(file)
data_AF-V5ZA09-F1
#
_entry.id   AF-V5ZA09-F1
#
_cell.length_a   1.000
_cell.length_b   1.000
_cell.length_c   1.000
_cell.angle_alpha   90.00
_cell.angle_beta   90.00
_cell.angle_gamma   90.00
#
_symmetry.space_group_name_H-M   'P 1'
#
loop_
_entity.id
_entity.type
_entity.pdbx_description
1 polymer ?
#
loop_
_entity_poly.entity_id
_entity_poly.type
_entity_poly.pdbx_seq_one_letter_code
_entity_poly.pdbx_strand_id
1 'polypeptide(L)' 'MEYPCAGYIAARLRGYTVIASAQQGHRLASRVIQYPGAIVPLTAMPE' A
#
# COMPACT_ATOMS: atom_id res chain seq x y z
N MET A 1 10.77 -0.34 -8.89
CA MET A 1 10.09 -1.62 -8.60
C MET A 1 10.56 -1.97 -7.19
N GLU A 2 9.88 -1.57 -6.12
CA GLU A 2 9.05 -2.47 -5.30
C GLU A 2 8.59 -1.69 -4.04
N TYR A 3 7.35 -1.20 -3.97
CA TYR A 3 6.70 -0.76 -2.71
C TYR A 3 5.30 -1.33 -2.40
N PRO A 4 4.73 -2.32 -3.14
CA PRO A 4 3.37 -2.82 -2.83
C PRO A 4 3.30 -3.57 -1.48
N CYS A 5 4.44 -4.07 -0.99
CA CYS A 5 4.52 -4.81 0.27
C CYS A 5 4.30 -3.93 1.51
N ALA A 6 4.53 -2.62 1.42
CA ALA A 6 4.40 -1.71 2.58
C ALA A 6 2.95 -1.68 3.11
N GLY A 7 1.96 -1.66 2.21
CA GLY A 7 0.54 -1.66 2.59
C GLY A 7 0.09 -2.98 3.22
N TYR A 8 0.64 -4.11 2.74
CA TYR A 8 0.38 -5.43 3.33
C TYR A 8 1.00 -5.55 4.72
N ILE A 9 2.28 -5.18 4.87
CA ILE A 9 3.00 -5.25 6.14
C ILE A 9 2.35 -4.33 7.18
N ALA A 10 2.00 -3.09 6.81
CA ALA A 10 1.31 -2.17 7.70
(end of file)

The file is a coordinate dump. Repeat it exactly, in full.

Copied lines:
data_AF-V5ZA09-F1
#
_entry.id   AF-V5ZA09-F1
#
_cell.length_a   1.000
_cell.length_b   1.000
_cell.length_c   1.000
_cell.angle_alpha   90.00
_cell.angle_beta   90.00
_cell.angle_gamma   90.00
#
_symmetry.space_group_name_H-M   'P 1'
#
loop_
_entity.id
_entity.type
_entity.pdbx_description
1 polymer ?
#
loop_
_entity_poly.entity_id
_entity_poly.type
_entity_poly.pdbx_seq_one_letter_code
_entity_poly.pdbx_strand_id
1 'polypeptide(L)' 'MEYPCAGYIAARLRGYTVIASAQQGHRLASRVIQYPGAIVPLTAMPE' A
#
# COMPACT_ATOMS: atom_id res chain seq x y z
N MET A 1 10.77 -0.34 -8.89
CA MET A 1 10.09 -1.62 -8.60
C MET A 1 10.56 -1.97 -7.19
N GLU A 2 9.88 -1.57 -6.12
CA GLU A 2 9.05 -2.47 -5.30
C GLU A 2 8.59 -1.69 -4.04
N TYR A 3 7.35 -1.20 -3.97
CA TYR A 3 6.70 -0.76 -2.71
C TYR A 3 5.30 -1.33 -2.40
N PRO A 4 4.73 -2.32 -3.14
CA PRO A 4 3.37 -2.82 -2.83
C PRO A 4 3.30 -3.57 -1.48
N CYS A 5 4.44 -4.07 -0.99
CA CYS A 5 4.52 -4.81 0.27
C CYS A 5 4.30 -3.93 1.51
N ALA A 6 4.53 -2.62 1.42
CA ALA A 6 4.40 -1.71 2.58
C ALA A 6 2.95 -1.68 3.11
N GLY A 7 1.96 -1.66 2.21
CA GLY A 7 0.54 -1.66 2.59
C GLY A 7 0.09 -2.98 3.22
N TYR A 8 0.64 -4.11 2.74
CA TYR A 8 0.38 -5.43 3.33
C TYR A 8 1.00 -5.55 4.72
N ILE A 9 2.28 -5.18 4.87
CA ILE A 9 3.00 -5.25 6.14
C ILE A 9 2.35 -4.33 7.18
N ALA A 10 2.00 -3.09 6.81
CA ALA A 10 1.31 -2.17 7.70